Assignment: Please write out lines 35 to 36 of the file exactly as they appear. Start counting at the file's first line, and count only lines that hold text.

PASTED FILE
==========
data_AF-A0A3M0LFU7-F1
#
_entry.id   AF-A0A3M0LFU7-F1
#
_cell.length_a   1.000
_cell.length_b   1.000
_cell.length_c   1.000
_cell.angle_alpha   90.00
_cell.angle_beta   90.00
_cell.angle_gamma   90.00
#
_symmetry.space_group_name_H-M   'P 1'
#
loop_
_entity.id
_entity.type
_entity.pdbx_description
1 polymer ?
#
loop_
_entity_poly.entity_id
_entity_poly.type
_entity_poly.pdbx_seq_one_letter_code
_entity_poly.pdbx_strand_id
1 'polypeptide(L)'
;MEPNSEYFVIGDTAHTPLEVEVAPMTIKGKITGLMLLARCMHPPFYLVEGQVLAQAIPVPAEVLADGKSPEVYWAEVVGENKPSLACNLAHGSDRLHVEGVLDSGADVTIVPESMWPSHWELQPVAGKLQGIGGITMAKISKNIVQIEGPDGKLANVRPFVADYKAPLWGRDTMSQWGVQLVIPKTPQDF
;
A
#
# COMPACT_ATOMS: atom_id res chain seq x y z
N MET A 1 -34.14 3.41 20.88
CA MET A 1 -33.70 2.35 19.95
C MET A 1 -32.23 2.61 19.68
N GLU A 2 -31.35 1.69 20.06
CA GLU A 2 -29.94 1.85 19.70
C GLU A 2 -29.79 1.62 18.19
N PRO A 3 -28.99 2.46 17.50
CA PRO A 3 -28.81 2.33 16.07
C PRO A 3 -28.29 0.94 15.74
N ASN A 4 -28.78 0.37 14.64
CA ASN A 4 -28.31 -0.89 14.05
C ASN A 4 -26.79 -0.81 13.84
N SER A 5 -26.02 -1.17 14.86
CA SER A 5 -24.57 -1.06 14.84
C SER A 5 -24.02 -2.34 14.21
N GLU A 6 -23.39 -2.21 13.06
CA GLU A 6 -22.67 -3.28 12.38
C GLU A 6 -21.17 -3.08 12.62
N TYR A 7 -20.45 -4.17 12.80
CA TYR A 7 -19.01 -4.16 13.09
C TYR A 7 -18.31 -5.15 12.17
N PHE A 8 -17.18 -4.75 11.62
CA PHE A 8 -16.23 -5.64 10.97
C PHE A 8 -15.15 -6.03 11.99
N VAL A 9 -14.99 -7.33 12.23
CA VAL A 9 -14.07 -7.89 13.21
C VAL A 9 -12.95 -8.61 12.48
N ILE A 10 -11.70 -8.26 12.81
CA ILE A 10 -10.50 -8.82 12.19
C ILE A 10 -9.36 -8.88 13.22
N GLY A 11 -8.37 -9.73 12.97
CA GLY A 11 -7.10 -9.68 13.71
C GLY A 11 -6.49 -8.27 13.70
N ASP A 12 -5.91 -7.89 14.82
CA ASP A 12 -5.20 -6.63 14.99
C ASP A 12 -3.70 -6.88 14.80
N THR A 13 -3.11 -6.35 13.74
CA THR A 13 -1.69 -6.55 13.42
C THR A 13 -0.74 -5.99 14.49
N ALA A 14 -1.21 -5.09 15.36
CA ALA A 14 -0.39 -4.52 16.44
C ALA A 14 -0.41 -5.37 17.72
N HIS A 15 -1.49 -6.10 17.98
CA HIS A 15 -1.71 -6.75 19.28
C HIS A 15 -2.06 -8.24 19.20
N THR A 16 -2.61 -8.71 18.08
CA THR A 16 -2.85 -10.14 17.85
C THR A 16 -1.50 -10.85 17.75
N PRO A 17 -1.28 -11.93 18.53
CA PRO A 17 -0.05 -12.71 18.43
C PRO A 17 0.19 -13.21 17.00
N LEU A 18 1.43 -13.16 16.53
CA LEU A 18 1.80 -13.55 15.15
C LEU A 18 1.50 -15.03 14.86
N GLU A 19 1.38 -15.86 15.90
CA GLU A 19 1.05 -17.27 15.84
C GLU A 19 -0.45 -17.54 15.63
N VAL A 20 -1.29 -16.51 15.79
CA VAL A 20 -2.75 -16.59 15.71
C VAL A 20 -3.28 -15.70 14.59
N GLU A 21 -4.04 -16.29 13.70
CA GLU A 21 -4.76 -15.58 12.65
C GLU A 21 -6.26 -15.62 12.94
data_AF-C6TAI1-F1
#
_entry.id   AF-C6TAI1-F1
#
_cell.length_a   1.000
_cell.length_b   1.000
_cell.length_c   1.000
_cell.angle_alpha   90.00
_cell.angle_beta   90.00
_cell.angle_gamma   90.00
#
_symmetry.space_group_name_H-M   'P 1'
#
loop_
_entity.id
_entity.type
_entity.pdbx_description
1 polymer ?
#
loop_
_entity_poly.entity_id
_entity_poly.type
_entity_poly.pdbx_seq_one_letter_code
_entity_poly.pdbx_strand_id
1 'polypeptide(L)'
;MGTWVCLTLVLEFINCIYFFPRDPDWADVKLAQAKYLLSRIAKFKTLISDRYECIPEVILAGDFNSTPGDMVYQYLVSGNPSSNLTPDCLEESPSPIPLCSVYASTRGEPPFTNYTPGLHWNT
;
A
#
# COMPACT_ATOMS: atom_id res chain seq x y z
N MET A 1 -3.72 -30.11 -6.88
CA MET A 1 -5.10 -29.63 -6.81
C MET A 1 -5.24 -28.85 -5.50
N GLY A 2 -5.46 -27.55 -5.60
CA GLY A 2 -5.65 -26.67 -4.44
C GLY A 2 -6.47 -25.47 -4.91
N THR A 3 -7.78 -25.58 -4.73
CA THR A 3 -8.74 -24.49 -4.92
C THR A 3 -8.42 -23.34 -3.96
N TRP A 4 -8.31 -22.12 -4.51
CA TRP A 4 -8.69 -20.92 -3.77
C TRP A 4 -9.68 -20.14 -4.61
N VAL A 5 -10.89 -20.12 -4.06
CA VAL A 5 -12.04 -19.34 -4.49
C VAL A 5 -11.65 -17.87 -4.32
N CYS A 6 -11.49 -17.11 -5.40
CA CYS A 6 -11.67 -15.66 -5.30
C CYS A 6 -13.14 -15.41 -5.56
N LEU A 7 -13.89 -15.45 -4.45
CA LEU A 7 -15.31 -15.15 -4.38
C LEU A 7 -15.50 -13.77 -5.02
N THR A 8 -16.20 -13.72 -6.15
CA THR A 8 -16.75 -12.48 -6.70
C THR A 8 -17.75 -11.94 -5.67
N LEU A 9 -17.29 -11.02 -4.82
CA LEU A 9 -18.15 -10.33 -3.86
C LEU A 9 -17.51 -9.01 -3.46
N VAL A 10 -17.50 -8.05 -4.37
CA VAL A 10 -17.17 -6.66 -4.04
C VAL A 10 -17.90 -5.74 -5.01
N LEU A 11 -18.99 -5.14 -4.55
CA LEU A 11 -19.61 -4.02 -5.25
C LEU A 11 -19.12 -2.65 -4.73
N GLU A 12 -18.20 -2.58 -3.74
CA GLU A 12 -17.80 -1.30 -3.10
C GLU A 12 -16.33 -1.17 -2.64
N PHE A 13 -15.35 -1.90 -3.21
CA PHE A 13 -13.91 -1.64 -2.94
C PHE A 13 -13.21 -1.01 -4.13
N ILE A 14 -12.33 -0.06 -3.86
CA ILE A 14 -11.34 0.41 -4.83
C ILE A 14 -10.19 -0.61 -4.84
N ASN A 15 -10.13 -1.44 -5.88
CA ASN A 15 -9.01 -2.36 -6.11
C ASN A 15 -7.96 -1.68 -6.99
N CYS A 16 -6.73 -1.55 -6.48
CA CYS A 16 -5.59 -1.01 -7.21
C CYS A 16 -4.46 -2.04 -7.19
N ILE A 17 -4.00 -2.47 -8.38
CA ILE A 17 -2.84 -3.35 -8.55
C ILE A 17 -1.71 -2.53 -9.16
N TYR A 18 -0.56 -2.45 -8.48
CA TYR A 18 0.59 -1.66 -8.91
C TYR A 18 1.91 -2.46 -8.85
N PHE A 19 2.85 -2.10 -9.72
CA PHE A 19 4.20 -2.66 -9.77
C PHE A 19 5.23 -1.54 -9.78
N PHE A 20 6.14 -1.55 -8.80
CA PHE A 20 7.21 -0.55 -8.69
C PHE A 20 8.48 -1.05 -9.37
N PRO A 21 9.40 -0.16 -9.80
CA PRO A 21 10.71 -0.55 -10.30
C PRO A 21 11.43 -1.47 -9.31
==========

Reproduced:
CA GLU A 2 -29.94 1.85 19.70
C GLU A 2 -29.79 1.62 18.19